How do I Prevent Cracks in Concrete?

Article Details
  • Written By: Felicia Dye
  • Edited By: Heather Bailey
  • Last Modified Date: 17 May 2020
  • Copyright Protected:
    Conjecture Corporation
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Many people have seen cracks in concrete and this leads them to underestimate the material. They should know that concrete has many uses and it can last for decades if it is poured and cared for properly. One of the best ways to prevent cracks in concrete is to have professionals do the work. If you feel, however, that you can do it yourself, realize that the entire job requires great care, from mixing to finishing.

If you are doing the job yourself, make sure you do not use too much water. A wet mix makes pouring easier but it also tends to encourage shrinkage. The more shrinkage you have, the higher your chances are of finding cracks later. The same caution should be applied if you are hiring a contractor to do the job. Try to make sure that he is not conserving supplies at your expense.

Apply the amount that you need. Cracks in concrete often result because the amount of cement poured was not thick enough. You may need to do some research or get professional advice about the thickness required for your job. Then, be sure to use that as a guideline. If you try to save money by thinning out the job, you are likely to be unhappy with the final results.

Concrete is a hard material but it is not very pliable. This means that is generally not meant to be bent. When using concrete for driveways, it is important to be sure that the underlying soil is compacted. If it is not, uneven settling is almost inevitable. When this happens, you will generally get cracks in concrete lying over soft spots.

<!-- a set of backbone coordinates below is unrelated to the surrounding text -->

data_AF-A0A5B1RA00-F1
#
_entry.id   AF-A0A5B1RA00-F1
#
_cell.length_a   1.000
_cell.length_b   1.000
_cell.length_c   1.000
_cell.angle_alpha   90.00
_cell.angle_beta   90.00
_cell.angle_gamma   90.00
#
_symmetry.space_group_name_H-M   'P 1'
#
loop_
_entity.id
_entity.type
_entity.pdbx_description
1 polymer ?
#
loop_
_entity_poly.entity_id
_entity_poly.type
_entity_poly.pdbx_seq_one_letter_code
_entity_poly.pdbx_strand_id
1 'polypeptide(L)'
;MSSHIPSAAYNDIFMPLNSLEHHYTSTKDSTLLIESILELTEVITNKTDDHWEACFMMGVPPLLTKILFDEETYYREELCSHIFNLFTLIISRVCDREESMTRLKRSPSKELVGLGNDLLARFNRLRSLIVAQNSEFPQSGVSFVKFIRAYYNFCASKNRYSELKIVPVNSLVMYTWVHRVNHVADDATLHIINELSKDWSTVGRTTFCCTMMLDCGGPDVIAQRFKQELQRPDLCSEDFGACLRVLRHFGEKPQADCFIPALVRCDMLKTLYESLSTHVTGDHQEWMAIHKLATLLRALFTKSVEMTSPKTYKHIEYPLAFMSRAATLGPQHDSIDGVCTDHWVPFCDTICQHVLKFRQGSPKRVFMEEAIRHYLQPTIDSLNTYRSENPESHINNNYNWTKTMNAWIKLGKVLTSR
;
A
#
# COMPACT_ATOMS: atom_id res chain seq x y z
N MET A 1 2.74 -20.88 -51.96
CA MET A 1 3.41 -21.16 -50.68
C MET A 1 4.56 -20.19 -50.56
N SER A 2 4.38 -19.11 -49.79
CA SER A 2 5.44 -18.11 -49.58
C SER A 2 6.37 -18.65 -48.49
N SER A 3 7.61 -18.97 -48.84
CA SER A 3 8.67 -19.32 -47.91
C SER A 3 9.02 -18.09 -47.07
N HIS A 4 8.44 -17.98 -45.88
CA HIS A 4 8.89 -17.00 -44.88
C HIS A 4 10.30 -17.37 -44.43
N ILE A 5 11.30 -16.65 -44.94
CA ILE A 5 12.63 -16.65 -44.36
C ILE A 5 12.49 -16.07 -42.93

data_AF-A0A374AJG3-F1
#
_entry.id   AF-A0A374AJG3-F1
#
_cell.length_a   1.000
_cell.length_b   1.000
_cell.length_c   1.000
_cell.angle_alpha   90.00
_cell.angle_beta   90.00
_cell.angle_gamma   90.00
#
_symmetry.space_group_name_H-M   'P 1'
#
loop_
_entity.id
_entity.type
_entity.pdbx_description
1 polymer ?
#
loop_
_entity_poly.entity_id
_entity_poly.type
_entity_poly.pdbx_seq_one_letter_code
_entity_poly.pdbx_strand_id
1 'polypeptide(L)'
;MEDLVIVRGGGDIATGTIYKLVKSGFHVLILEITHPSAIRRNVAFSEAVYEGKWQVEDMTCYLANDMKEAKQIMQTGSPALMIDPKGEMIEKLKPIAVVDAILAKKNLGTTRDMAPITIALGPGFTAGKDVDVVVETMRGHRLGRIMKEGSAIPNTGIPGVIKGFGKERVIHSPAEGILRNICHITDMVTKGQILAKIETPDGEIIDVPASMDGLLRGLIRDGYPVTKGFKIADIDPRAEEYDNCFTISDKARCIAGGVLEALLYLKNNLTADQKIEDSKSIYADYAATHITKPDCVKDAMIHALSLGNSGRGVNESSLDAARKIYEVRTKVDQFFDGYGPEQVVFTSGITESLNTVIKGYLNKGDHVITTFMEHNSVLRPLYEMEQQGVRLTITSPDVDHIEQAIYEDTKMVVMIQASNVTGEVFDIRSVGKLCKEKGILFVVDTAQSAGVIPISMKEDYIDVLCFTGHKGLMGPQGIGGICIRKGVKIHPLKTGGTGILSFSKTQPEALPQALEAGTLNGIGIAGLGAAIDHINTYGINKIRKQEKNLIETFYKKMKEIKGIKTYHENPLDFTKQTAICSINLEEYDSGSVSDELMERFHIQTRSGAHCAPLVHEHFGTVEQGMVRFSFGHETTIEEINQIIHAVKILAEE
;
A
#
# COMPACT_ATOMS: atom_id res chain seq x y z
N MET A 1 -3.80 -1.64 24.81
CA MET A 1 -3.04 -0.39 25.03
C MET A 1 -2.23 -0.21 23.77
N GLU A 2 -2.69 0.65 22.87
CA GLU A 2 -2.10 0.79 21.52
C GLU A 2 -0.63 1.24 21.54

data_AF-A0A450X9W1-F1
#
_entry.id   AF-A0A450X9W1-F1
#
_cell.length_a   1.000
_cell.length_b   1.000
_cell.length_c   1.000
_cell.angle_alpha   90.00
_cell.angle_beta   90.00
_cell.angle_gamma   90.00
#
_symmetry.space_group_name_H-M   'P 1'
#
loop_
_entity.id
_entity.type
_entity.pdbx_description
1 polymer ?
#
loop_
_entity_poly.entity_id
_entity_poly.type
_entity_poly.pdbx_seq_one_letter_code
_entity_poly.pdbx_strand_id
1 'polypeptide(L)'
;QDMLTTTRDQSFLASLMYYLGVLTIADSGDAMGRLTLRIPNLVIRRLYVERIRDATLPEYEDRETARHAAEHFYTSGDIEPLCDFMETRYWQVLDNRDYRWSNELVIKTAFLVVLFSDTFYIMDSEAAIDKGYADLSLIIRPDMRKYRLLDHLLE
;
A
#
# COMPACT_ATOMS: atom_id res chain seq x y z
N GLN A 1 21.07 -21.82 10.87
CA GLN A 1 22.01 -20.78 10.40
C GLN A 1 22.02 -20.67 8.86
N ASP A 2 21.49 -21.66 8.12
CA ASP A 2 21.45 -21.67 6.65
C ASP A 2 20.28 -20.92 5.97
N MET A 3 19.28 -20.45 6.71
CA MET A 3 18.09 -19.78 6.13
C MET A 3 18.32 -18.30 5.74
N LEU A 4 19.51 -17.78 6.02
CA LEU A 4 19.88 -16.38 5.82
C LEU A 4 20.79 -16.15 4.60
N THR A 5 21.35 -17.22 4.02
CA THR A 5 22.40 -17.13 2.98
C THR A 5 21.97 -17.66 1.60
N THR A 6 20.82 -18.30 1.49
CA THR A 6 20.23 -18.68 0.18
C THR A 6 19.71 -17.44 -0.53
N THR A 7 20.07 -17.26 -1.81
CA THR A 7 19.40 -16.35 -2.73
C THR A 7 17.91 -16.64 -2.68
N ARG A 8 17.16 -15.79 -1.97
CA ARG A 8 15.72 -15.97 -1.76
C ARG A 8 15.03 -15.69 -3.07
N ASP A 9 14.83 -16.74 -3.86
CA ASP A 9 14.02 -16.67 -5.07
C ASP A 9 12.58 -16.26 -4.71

The need to keep the concrete level applies to other types of projects as well. Reinforced steel is often recommended as a solution to help strengthen the concrete. If the reinforced steel is not placed too far below the surface, it can be very helpful in holding the concrete together.

You must also realize that drying concrete contracts. This will cause the material to try to pull apart. When that happens, cracking often follows. This can be prevented with control joints — lines intentionally made in the cement to prevent cracks due to expansion or contraction. It is usually best if the control joints are evenly spaced.

The manner in which the job is finished also plays a big role in whether cracks in concrete are likely. The rate at which the material dries is very important. If it dries too quickly, cracking is very likely. To control the drying rate, you can use moistened straw, burlap, or plastic. These should be applied only once the cement has begun to get firm.


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